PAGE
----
Feeling itchy all the time can really affect your quality of life. It can also make you lose sleep and keep you from doing your favorite activities.
Dermatitis can happen at any age, but it usually begins in childhood with atopic dermatitis (eczema). People who have allergies or asthma are more likely to get it.
Dermatitis is a skin condition that can cause itchy, red, dry and flaky skin. It can be triggered by different things such as irritants and allergens, including perfume, jewelry, laundry detergent, soap, sunburn and cold weather. Contact dermatitis improves or clears up when the substance that trigge 송도피부과 rs the reaction is identified and avoided. Rashes can be itchy and can ooze, weep or bleed when scratched. Some types of dermatitis can thicken the skin and form scars. Dermatitis can be with you for a long time, even for your whole life.
Atopic dermatitis (eczema) is the most common type of dermatitis. It usually starts in infancy and can come and go, getting worse at times called flare-ups and better at other times, known as remission. It is often associated with other conditions like hay fever, asthma and allergies to food, including wheat, nuts and dairy. It is also linked to the digestive condition celiac disease, which is caused by an allergy to gluten.
Usually, a dermatologist can diagnose dermatitis by looking at the rash and discussing your symptoms and family history. The shape of the rash can also help determine the cause. For example, asymmetrical rashes are most likely to be caused by allergens such as poison oak while symmetrical rashes are more likely to be caused by irritants like water or dry skin.
Some types of dermatitis involve itchy skin, redness and blisters. Inflammation may also appear in the form of cracks, scabs and scarring. The rash can appear on any part of the body, but it commonly appears on the hands and knees, inside the elbows and behind the knees, or around the feet. It may be more severe in infants and babies (cradle cap). It may resemble eczema, but it is usually not contagious.
If you have contact dermatitis, the most common type, it is caused by your skin’s reaction to chemicals and other substances that irritate it. You may develop a rash after repeated exposure to a substance — for example, perfumes, jewelry containing nickel, wool, certain soaps, fabrics and some medicines. Occasionally, the rash can result from prolonged sunlight exposure or from poor circulation.
Your healthcare provider will examine the rash and ask about any substances you have been exposed to that might irritate it. They will also examine your skin and ask about any other symptoms you have, such as itching or a feeling of burning or tenderness.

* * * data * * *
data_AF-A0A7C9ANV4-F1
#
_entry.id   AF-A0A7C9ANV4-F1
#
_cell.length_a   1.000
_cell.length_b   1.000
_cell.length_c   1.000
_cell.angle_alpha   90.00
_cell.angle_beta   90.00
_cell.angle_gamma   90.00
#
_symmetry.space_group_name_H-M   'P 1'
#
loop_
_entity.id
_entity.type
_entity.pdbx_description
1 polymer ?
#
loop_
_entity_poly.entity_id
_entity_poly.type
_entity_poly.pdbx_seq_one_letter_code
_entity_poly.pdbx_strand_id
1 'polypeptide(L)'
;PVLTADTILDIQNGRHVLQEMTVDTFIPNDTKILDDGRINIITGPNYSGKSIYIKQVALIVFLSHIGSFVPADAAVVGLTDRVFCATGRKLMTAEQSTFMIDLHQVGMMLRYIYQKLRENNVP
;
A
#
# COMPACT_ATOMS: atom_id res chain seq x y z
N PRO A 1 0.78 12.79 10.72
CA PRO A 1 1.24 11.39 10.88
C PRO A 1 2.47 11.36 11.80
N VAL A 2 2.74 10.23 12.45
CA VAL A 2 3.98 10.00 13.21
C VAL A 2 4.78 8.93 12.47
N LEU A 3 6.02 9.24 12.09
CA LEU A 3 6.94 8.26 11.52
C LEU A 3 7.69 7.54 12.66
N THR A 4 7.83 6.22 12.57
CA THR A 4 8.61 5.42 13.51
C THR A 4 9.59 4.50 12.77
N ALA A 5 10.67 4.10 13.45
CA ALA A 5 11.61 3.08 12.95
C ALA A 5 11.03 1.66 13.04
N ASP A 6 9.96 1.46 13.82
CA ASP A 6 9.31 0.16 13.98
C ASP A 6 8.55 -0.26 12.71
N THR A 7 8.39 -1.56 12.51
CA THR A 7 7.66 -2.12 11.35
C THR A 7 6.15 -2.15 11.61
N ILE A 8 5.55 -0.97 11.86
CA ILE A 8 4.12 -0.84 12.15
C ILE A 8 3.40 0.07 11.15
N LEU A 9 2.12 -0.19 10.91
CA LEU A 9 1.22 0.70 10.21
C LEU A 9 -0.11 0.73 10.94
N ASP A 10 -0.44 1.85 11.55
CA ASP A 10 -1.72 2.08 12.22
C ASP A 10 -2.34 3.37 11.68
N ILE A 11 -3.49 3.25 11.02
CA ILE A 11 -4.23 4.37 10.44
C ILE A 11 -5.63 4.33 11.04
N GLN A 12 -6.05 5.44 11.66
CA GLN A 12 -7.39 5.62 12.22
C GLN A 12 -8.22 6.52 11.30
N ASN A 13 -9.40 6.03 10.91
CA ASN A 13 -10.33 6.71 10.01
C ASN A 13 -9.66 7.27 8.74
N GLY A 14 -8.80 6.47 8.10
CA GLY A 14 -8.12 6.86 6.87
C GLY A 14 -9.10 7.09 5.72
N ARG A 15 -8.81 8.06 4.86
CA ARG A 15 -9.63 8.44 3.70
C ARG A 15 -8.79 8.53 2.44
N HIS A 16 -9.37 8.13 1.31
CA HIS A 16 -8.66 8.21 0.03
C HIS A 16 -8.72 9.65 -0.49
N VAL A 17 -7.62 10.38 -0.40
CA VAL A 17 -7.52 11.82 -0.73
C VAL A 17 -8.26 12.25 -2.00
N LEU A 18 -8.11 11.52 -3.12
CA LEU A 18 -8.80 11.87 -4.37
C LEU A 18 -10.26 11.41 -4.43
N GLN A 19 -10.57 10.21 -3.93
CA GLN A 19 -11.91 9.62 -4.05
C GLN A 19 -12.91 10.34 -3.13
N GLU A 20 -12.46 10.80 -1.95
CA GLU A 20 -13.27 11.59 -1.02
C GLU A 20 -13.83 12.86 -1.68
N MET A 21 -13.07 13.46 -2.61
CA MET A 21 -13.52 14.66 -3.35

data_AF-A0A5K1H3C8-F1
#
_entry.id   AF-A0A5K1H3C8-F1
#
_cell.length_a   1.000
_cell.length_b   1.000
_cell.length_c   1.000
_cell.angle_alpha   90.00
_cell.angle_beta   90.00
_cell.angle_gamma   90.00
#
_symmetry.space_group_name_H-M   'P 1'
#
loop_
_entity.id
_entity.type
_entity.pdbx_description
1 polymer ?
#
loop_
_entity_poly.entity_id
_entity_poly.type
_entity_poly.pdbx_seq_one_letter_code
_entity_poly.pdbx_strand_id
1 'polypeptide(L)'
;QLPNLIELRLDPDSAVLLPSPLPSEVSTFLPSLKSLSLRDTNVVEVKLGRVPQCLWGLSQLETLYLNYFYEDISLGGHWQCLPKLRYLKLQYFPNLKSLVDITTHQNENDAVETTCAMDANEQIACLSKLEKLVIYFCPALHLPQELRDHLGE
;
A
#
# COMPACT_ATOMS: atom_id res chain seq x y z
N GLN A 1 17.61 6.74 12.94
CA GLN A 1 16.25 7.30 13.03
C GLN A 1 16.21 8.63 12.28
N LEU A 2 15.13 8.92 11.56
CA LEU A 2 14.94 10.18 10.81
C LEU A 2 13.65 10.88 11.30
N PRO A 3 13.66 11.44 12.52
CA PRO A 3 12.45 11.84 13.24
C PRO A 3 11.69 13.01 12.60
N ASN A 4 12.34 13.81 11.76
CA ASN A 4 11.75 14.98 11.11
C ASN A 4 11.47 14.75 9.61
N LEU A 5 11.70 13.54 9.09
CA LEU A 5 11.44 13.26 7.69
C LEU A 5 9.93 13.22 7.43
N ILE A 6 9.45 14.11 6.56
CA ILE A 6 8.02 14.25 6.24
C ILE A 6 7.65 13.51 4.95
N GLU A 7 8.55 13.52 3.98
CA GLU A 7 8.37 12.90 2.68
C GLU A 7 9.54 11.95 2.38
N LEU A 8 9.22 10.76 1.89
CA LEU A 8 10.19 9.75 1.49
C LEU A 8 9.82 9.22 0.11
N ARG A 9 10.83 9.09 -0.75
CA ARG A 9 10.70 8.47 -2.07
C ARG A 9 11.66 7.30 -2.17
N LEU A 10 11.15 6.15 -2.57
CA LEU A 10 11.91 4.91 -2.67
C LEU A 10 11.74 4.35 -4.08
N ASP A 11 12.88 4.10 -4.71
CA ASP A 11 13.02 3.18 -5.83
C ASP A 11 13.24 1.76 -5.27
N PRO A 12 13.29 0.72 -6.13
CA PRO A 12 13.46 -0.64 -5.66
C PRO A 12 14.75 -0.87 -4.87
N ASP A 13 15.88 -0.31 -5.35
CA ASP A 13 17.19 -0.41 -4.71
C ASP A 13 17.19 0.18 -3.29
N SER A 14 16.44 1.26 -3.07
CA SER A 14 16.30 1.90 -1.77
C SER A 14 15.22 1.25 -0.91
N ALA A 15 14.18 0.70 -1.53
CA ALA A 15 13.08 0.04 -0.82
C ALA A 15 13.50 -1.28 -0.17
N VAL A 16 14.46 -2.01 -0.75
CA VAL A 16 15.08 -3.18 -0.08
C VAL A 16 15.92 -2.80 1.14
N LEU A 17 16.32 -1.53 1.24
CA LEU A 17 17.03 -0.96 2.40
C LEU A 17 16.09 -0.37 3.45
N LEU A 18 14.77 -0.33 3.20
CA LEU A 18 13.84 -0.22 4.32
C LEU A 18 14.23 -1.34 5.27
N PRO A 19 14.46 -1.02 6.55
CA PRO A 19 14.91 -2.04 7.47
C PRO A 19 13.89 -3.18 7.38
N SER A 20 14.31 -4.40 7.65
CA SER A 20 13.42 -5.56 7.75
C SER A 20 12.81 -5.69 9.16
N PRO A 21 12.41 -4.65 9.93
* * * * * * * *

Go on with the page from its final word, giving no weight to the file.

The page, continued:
The most important thing you can do to prevent dermatitis flare-ups is to keep your skin hydrated by using a moisturizer, especially after showering or bathing. Most people find that moisturizing helps to reduce the redness, itchiness and itching of dermatitis. It is also important to avoid scratching, which can irritate your skin and lead to infections such as bacterial or yeast (yeast) infections.
The treatment for dermatitis depends on the type of dermatitis. In general, avoiding allergens and irritants helps. The condition can also be treated with emollients (moisturizers) to prevent dry skin. In cases of rash that blisters or oozes, potassium permanganate soaks may be helpful. In addition, patients can use a humidifier or wear cotton gloves while bathing or washing to help keep their hands moist.
The cause of atopic dermatitis isn’t fully understood, but it appears to be caused by an overreaction by the immune system to seemingly small irritants or allergens. It tends to run in families and can be aggravated by stress. It can also be caused by changes in genes that control a protein that maintains healthy skin.
Symptoms vary with each type of dermatitis, but most include redness of the skin, swelling and itching. The skin may swell and form rashes that can weep clear fluid or bleed when scratched. Some types of dermatitis are associated with other symptoms, such as inflammation of the eyes (blepharitis) or infections of the skin. Scratching can spread the rash and lead to scarring. The most effective treatment for atopic dermatitis is emollients. Your dermatologist can recommend a suitable emollient for you. They can also suggest protective clothing and other ways to avoid irritants and allergens. For example, a patient with hand dermatitis may need to use cotton gloves while washing and avoid soaps, shower gels, and harsh detergents. In some people, allergy testing with skin patches (called patch testing) is used to identify possible allergens that can trigger dermatitis.
The best way to prevent dermatitis is to avoid substances that irritate the skin and cause itching, such as soaps, shampoos, detergents, fragrances, plants, or jewelry. Then use moisturizers and steroid creams your health care provider recommends. Wash the affected area of your skin often to keep it clean and free of germs. Keep your fingernails short so you don’t accidentally scratch and make the rash worse. If your skin is itchy, try putting anti-itch creams on the rash to soothe it.
If you have contact dermatitis, avoid the substance that caused it until your doctor says it’s safe to do so. You may need to change your job if you work with chemicals or materials that can trigger the rash.
Some types of dermatitis (such as eczema or atopic dermatitis) can be with you for life. But you can manage it by avoiding things that trigger the rash, using moisturizers and steroid creams, and taking steps to protect your skin from allergens.
To help diagnose dermatitis, your doctor will do a physical exam and ask questions about your symptoms. Your doctor might also do a skin patch test or a skin biopsy. These tests involve putting small amounts of different substances on your skin for a few days to see if you have an allergic reaction to them.